The Impact of using Lidar Network Data for a Summertime Cold Front Case Study:
October 26, 2012 15:25:21
Description of Problem
Observation acquired during the Water Vapor Variability – Satellite/Sondes (WAVES) 2006 field campaign, centered at Beltsville, MD, provided a unique contiguous five-day period of concentrated high temporal and vertical resolution observations to examine fine-scale detail of a weather regime typical of the summertime Midatlantic area. The observations captured several interesting meteorological phenomenon that could not be explained from observations alone. Therefore, a modeling study was conducted to investigate these peculiarities. The Weather Research and Forecasting (WRF) model was used for detailed simulation of the 1-5 August 2006 events.
Scientific Objectives and Approach
Prior to an in-depth analysis of the August 1-5 2006 case study, studies were conducted in four areas assumed to be most sensitive to the model: (1) initial condition data set, (2) cumulus parameterization, (3) planetary boundary layer parameterization (PBL), and (4) initialization time. WRF verification was performed using the Model Evaluation Tools package using the WRF post processing software. Several observation sources were used in the verification process. Field measurements from Beltsville were used, including local radiosondes, lidar measurements, 31-m flux tower measurements, and surface measurements. More broadly, the National Oceanic and Atmospheric Administration Meteorological Assimilation Data Ingest System (MADIS) data was used. Lastly, National Center for Environmental Prediction Stage IV data was used for precipitation comparisons. Several sensitivity runs were conducted and findings analyzed to determine appropriate model optimization for the case study. Following this, several high resolution model runs were conducted to explore the spatio-temporal evolution of the atmosphere during this case study.
The model sensitivity studies were done using 54-hour forecasts with an 8 km grid over the eastern US. For the initial condition sensitivity tests, verifications were performed using runs initialized with North American Regional Reanalysis (NARR), North American Mesoscale, and Rapid Update Cycle analysis data. Cumulus sensitivity was done using four runs parameterized with: Kain-Fritsch, Betts-Miller-Janjic, Grell-Devenyi, and Grell-3D schemes. A fifth control run did not use any cumulus scheme. The PBL testing was done comparing the following parameterizations: Asymmetric Convective Model, Bougeault-Lacarrère, Medium Range Forecast, Mellor-Yamada-Janjic (MYJ), Mellor-Yamada Nakanishi and Niño Level 2.5 and 3, Quasi-Normal Scale Elimination, and Yonsei University. Lastly, initialization time sensitivity tests used five runs starting every three hours throughout the convective afternoon period. The sensitivity study indicated the optimized results for this East Coast case study were found using the NARR data for initial and boundary conditions, no cumulus scheme, MYJ PBL parameterization, and a 12Z initialization time.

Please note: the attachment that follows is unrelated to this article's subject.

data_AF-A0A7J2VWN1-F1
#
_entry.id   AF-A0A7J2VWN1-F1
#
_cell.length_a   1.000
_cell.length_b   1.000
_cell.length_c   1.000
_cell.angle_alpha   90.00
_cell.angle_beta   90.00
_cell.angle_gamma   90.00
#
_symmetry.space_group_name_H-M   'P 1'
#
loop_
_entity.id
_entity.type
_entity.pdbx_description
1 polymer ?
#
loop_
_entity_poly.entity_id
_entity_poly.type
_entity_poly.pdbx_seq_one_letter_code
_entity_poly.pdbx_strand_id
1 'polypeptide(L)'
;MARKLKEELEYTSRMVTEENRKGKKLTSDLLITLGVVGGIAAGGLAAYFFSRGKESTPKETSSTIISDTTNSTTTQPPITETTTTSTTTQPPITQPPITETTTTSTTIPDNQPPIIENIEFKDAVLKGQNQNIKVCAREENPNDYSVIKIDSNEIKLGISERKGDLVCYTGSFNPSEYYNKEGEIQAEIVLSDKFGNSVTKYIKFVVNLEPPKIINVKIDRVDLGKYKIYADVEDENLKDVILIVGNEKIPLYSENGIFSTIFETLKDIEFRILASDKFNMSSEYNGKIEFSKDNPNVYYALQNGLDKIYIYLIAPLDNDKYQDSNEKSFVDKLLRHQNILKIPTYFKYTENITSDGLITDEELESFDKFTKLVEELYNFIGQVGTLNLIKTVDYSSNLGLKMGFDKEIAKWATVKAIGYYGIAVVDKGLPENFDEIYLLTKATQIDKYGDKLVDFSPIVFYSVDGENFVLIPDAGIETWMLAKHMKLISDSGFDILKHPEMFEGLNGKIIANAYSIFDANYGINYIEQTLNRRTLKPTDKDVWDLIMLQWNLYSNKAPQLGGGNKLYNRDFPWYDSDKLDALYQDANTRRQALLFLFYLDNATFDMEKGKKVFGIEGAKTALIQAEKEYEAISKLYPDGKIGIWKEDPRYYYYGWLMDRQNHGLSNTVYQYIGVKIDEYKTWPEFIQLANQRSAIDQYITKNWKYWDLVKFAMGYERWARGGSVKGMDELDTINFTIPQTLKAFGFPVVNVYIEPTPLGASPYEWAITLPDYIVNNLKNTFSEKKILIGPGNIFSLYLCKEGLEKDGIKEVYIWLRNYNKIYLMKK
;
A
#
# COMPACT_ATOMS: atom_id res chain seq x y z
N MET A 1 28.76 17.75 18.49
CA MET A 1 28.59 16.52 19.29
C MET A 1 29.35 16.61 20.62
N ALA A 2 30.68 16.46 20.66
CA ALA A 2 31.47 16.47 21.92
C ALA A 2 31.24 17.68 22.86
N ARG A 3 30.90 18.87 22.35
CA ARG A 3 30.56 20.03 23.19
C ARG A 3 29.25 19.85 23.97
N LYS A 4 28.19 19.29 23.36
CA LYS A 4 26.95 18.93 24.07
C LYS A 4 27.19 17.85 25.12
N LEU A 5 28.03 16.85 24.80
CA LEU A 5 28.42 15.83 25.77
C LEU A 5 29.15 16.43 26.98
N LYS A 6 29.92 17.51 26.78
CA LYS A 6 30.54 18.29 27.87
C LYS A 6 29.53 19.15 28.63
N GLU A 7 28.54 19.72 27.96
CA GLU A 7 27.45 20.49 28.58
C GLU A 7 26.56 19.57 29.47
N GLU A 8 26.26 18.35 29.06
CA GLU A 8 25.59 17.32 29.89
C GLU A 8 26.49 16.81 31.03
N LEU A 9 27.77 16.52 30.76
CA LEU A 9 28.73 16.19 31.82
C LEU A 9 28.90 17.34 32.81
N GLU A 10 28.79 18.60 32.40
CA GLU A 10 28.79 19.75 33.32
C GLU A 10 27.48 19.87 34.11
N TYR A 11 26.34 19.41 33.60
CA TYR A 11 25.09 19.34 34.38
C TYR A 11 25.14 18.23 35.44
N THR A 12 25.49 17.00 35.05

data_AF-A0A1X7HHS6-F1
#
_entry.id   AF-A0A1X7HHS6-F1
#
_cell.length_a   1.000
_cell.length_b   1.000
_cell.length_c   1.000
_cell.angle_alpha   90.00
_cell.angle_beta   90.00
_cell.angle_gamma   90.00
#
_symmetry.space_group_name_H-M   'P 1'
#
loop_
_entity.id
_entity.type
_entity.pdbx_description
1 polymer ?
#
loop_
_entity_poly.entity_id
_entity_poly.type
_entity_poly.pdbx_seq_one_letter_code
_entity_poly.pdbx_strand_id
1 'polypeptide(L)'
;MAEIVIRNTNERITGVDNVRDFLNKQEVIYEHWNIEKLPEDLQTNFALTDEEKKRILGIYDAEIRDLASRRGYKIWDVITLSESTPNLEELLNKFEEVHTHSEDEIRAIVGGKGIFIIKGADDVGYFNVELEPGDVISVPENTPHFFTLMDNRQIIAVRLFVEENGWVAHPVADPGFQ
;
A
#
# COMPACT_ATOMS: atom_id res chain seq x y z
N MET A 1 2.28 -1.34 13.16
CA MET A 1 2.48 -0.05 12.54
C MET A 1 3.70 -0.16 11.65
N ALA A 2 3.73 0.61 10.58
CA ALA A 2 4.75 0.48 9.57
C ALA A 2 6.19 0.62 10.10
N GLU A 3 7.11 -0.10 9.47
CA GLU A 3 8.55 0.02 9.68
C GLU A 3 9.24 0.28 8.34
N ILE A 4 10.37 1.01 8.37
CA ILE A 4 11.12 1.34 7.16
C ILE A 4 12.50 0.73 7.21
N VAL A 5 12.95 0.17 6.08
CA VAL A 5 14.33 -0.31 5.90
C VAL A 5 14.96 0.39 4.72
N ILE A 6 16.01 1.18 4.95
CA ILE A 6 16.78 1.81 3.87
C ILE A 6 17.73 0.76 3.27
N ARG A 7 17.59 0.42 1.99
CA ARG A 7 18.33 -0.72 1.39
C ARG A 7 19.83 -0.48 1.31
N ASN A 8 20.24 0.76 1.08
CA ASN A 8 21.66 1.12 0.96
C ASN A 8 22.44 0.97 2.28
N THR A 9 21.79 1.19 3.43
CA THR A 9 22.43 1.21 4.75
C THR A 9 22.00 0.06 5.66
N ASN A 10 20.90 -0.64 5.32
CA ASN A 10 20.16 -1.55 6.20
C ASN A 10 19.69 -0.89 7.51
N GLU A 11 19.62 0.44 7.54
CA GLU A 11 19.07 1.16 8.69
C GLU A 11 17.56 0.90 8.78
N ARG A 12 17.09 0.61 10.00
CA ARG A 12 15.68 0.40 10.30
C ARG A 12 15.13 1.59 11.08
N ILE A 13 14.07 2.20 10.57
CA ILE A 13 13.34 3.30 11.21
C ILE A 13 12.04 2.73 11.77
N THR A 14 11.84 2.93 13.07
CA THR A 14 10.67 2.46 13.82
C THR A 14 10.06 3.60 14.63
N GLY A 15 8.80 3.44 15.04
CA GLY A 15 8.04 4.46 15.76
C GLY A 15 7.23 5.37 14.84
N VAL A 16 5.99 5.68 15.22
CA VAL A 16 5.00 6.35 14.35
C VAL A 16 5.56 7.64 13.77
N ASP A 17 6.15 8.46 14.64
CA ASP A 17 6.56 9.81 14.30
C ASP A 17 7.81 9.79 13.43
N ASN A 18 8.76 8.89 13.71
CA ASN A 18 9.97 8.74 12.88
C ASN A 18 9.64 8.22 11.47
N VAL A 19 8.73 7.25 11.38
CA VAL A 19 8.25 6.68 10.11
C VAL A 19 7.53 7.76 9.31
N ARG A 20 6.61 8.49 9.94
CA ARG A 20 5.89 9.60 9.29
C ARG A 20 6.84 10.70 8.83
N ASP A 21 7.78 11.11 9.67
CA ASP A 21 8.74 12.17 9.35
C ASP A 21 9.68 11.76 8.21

Precipitation forecasts were challenging under this weather pattern. Most cumulus parameterizations were found to overestimate precipitation across widespread areas. Optimal spin up time was found to be 5-6 hours. Less time led to premature precipitation. More time led to
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significant forecast divergence from observations. Prognostic turbulent kinetic energy (TKE) schemes performed best even in convective regions. Even PBL profiles using TKE local closure schemes were over smoothed and over mixed. Overall, it is believed these parameters best represent Midatlantic, and more generally, east coast observations during summertime stable subsidence weather regimes.
High resolution modeling corroborated field observations. Two significant events were simulated: a nocturnal low-level jet (NLLJ) and a cold front passage. A prominent diurnal cycle was revealed that could be categorized into three stages: (1) daytime PBL growth through convection, characterized by increasingly calm southwesterly wind, (2) flow intensification after dusk, with conditions favorable for NLLJ development, and (3) interruption by downslope gravity winds (DGW) after midnight. The third stage is perhaps most interesting owing to the lack of literature documenting similar DGW occurrences in the Midatlantic. The DGW event was confirmed to be the overt but previously inexplicable signature in Beltsville field observations. More interestingly, the DGW event has a diminishing effect on the Midatlantic NLLJ that suppresses reaching mature development. Perhaps air quality forecasts are most affected by this nocturnal phenomenon.
Fig. 1 – This plot shows wind direction at 500 m above sea level. The Midatlnatic nighttime DGW event resembles a cold front within the lowest kilometer of the atmosphere and displaces the NLLJ regime, clearing out summertime air pollution overnight.